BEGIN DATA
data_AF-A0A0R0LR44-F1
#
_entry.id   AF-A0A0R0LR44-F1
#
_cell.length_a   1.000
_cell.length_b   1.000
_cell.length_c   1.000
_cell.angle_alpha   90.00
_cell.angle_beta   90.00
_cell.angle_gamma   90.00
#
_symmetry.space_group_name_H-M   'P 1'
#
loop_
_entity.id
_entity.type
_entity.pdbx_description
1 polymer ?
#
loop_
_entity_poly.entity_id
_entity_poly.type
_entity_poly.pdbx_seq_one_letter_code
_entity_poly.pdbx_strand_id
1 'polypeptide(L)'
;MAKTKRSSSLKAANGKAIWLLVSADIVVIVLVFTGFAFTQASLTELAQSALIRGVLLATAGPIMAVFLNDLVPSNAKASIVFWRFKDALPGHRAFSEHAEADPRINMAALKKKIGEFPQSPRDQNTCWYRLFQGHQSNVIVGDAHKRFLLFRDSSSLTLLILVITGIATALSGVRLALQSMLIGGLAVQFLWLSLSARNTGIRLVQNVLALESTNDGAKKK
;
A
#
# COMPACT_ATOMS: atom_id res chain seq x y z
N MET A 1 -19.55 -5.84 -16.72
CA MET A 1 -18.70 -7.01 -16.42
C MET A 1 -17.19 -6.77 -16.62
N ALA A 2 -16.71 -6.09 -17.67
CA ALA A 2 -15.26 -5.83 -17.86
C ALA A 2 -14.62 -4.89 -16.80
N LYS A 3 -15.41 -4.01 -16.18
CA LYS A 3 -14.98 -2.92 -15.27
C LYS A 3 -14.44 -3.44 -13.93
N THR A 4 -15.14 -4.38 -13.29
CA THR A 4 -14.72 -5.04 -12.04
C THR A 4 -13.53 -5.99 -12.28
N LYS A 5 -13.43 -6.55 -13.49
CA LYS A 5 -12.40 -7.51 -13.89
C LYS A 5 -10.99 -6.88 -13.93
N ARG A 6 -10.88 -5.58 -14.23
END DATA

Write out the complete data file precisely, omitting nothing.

data_AF-A0A0R0LR44-F1
#
_entry.id   AF-A0A0R0LR44-F1
#
_cell.length_a   1.000
_cell.length_b   1.000
_cell.length_c   1.000
_cell.angle_alpha   90.00
_cell.angle_beta   90.00
_cell.angle_gamma   90.00
#
_symmetry.space_group_name_H-M   'P 1'
#
loop_
_entity.id
_entity.type
_entity.pdbx_description
1 polymer ?
#
loop_
_entity_poly.entity_id
_entity_poly.type
_entity_poly.pdbx_seq_one_letter_code
_entity_poly.pdbx_strand_id
1 'polypeptide(L)'
;MAKTKRSSSLKAANGKAIWLLVSADIVVIVLVFTGFAFTQASLTELAQSALIRGVLLATAGPIMAVFLNDLVPSNAKASIVFWRFKDALPGHRAFSEHAEADPRINMAALKKKIGEFPQSPRDQNTCWYRLFQGHQSNVIVGDAHKRFLLFRDSSSLTLLILVITGIATALSGVRLALQSMLIGGLAVQFLWLSLSARNTGIRLVQNVLALESTNDGAKKK
;
A
#
# COMPACT_ATOMS: atom_id res chain seq x y z
N MET A 1 -19.55 -5.84 -16.72
CA MET A 1 -18.70 -7.01 -16.42
C MET A 1 -17.19 -6.77 -16.62
N ALA A 2 -16.71 -6.09 -17.67
CA ALA A 2 -15.26 -5.83 -17.86
C ALA A 2 -14.62 -4.89 -16.80
N LYS A 3 -15.41 -4.01 -16.18
CA LYS A 3 -14.98 -2.92 -15.27
C LYS A 3 -14.44 -3.44 -13.93
N THR A 4 -15.14 -4.38 -13.29
CA THR A 4 -14.72 -5.04 -12.04
C THR A 4 -13.53 -5.99 -12.28
N LYS A 5 -13.43 -6.55 -13.49
CA LYS A 5 -12.40 -7.51 -13.89
C LYS A 5 -10.99 -6.88 -13.93
N ARG A 6 -10.88 -5.58 -14.23